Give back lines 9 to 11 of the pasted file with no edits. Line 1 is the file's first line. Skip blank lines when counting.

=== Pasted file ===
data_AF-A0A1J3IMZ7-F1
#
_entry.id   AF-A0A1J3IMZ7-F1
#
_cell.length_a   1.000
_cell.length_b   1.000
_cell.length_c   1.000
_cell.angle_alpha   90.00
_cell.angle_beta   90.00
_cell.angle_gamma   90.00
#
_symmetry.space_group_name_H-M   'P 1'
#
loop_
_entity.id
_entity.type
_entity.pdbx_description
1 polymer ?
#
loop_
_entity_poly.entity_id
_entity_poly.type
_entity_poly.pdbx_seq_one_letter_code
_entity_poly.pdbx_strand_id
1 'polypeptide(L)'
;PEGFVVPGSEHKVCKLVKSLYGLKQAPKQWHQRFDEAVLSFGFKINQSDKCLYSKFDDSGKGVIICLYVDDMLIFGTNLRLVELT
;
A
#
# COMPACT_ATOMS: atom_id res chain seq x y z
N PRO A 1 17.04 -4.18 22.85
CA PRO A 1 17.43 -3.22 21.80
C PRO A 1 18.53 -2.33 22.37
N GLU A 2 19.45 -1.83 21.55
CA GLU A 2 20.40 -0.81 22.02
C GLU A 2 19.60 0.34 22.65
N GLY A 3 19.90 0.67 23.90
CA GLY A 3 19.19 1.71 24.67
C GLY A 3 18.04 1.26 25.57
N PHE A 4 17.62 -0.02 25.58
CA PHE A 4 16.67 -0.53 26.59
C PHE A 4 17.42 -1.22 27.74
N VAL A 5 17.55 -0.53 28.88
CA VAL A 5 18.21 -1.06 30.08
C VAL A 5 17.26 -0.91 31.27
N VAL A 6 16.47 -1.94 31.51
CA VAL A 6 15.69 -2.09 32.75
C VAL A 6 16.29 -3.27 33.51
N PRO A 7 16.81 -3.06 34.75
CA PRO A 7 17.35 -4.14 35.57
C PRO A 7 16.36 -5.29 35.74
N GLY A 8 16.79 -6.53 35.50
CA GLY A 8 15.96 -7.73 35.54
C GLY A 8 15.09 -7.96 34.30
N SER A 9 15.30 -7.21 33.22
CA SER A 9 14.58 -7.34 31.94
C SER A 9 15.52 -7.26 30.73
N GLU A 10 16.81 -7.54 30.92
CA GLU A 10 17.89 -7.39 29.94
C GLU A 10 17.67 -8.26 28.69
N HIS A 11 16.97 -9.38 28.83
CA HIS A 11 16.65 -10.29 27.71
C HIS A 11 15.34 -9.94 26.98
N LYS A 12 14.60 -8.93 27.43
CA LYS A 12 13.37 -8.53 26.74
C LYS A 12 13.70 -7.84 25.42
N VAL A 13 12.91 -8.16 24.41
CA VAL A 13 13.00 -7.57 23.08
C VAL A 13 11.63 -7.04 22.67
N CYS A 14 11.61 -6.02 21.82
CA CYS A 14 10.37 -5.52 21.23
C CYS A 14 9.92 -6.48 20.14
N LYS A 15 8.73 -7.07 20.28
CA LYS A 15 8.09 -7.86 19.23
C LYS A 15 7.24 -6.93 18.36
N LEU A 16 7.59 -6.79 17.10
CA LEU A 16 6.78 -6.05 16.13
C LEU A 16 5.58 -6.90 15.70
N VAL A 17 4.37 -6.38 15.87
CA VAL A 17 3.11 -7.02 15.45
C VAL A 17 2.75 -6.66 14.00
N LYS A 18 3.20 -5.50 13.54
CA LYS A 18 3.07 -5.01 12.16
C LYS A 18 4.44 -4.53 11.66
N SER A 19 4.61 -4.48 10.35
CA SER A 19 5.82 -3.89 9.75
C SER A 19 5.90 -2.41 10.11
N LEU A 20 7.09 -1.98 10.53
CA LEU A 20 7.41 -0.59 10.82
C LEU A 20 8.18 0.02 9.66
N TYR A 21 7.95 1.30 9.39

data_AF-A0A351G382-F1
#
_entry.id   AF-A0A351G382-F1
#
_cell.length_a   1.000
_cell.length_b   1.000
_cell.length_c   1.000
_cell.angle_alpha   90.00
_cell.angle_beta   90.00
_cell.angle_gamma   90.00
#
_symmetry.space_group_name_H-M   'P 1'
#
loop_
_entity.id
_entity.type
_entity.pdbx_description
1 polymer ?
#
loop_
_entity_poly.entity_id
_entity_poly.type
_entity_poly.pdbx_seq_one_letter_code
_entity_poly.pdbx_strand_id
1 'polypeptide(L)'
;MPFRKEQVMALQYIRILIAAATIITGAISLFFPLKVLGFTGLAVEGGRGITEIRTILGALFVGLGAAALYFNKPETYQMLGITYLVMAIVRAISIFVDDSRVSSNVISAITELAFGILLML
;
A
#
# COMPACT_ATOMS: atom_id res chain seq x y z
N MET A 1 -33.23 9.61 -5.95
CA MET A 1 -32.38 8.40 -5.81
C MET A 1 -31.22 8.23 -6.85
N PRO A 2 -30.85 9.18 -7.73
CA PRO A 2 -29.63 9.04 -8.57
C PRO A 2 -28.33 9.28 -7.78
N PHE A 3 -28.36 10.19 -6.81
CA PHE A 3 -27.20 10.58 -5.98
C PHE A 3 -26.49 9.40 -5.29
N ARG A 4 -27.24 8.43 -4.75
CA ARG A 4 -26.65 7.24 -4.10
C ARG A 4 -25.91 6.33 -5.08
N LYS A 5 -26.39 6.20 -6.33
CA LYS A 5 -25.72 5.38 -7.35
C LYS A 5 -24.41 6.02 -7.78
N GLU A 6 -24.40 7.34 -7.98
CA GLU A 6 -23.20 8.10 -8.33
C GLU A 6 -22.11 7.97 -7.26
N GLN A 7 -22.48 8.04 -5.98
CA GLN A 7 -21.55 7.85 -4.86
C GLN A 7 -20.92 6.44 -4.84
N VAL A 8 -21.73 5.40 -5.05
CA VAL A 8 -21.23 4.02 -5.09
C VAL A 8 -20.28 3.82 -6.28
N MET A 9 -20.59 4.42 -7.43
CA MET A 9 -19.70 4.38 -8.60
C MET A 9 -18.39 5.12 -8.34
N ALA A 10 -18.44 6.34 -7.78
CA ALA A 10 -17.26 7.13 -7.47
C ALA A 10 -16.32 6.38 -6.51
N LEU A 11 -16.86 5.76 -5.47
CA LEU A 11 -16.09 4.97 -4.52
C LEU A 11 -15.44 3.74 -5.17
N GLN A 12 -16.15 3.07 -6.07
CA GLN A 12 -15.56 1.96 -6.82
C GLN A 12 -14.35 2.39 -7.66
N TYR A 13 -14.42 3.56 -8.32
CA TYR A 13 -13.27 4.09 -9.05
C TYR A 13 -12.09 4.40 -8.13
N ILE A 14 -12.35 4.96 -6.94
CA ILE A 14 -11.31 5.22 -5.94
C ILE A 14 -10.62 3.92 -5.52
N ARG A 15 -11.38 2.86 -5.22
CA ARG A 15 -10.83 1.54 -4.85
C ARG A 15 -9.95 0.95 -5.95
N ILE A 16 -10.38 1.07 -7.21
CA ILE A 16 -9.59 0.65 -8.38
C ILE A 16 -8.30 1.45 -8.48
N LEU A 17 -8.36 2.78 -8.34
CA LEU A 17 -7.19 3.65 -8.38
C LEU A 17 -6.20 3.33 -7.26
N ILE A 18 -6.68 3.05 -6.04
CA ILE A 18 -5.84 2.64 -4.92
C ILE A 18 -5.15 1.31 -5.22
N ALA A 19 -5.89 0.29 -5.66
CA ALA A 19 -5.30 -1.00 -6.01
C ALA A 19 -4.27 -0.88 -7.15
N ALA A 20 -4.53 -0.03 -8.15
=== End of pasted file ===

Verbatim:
_cell.angle_beta   90.00
_cell.angle_gamma   90.00
#